• Updated the question with such main data. – JohnDoea Dec 28 '16 at 8:08
  • The error on #1 suggests to me that you have something that binds on port 22 of your local machine. This could happen if you have sshd on your local machine, or if you have multiple ssh local port forwarding the same port. It's also very strange to port forward port 22, what do you intend to achieve by local forwarding port 22? – Lie Ryan Dec 28 '16 at 14:58
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Since it's SSH port forwarding, it should be encrypted. There's also a solution in which you don't use the underlying webserver or phpmyadmin, to simply forward the mysql port, such as -L 3306:localhost:3306 and connect to the database using a client such as MySQL workbench (or most IDEs have similar integrated anyways).

  • This is certainly the standard way to do it. You can then turn off any access to 3306 except from localhost on the server. You should, of course, be blocking all unused ports anyway. – Julian Knight Dec 28 '16 at 10:55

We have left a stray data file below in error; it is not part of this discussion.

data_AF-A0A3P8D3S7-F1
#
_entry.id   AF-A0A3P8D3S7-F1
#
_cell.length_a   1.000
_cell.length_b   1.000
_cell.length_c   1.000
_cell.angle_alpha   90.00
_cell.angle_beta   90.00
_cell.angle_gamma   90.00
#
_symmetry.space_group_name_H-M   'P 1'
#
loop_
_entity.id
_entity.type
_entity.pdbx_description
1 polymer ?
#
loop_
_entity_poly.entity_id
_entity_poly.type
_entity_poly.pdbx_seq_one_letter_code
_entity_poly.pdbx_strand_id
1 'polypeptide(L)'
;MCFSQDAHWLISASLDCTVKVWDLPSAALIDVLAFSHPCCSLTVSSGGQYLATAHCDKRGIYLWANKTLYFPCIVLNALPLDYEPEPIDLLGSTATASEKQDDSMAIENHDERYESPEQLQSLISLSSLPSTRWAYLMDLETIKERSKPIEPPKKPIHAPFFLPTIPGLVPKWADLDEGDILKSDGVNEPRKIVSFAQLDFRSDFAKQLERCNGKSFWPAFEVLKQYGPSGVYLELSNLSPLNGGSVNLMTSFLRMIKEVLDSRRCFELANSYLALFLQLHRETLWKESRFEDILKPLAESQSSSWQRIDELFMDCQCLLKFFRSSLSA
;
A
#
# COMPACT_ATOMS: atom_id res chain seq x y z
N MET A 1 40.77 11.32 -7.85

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For proper encryption you may as well just use HTTPS (it's also more proper), but for a solution like yours you'd tunnel a localhost port to your OpenSSH server and connect via the SOCKS proxy settings as described in this DigitalOcean article.

  • The important point being that SOCKS is client-side, it provides a slightly more general-purpose interface into the SSH VPN that you are creating. – Julian Knight Dec 28 '16 at 10:56
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Generally, you should configure your database server to listen for database connection on a Unix domain socket or to listen only on localhost. MySQL shouldn't be configured to listen on external IP address, or worst, to listen on all addresses, unless the regular user of the database (usually a web application) is not running on the same machine. And if the application is remote, there are a number of things you need to consider.